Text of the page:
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Relative Atomic Mass

   

   

Relative atomic mass

Relative atomic mass (R.A.M) or Atomic Mass is a dimensionless physical quantity defined as the ratio of the average mass of atoms of a chemical element in a given sample to the atomic mass constant. The atomic mass constant is defined as being 1/12 of the mass of a carbon-12 atom.Since both quantities in the ratio are masses, the resulting value is dimensionless; hence the value is said to be relative.

For a single given sample, the relative atomic mass of a given element is the weighted arithmetic mean of the masses of the individual atoms (including their isotopes) that are present in the sample. This quantity can vary substantially between samples because the sample's origin (and therefore its radioactive history or diffusion history) may have produced unique combinations of isotopic abundances. For example, due to a different mixture of stable carbon-12 and carbon-13 isotopes, a sample of elemental carbon from volcanic methane will have a different relative atomic mass than one collected from plant or animal tissues.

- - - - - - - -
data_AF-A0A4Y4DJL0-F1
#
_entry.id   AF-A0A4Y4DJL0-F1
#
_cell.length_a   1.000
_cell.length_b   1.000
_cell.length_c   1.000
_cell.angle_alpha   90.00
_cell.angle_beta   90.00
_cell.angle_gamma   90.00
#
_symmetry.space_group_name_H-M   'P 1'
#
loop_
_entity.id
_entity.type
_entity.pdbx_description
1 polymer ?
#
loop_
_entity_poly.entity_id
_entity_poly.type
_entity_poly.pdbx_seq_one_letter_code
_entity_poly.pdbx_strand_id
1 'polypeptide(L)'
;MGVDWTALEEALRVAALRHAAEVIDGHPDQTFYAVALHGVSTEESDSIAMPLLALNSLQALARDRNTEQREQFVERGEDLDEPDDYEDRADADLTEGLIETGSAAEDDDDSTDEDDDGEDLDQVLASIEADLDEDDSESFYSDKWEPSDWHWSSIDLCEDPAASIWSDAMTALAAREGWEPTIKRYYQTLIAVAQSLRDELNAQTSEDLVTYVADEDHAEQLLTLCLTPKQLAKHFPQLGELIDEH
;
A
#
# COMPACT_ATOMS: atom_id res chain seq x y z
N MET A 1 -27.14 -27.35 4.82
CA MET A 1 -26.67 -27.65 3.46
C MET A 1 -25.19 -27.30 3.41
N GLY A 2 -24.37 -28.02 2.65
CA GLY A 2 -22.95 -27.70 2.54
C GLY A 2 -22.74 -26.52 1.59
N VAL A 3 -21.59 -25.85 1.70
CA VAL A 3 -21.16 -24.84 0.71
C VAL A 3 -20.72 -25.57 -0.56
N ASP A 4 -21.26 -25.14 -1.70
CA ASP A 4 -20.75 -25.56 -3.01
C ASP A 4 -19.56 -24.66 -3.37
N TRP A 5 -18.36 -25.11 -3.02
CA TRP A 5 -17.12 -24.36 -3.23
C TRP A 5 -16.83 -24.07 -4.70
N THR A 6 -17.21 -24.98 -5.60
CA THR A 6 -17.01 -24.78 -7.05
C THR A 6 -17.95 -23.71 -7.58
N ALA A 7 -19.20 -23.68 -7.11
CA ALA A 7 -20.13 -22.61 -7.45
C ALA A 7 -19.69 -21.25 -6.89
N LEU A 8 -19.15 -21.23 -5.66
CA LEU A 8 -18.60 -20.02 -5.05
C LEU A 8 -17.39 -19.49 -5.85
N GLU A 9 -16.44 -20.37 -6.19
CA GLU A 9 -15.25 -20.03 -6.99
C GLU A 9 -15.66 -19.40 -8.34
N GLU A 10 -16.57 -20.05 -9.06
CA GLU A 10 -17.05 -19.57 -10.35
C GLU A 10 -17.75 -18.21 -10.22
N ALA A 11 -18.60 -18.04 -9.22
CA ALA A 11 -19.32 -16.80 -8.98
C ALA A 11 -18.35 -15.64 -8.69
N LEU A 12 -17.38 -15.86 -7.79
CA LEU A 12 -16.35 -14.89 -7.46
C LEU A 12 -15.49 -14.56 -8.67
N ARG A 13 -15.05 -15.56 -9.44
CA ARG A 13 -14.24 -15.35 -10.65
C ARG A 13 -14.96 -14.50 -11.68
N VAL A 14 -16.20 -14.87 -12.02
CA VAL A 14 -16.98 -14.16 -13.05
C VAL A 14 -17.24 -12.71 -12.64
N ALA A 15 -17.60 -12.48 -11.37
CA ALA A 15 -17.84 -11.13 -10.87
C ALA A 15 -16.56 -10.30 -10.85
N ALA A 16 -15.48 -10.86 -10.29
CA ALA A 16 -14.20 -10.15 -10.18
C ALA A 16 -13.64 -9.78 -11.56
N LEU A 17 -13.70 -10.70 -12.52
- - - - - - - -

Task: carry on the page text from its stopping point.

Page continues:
The more common, and more specific quantity known as standard atomic weight (Ar, standard) is an application of the relative atomic mass values obtained from multiple different samples. It is sometimes interpreted as the expected range of the relative atomic mass values for the atoms of a given element from all terrestrial sources, with the various sources being taken from Earth.
 

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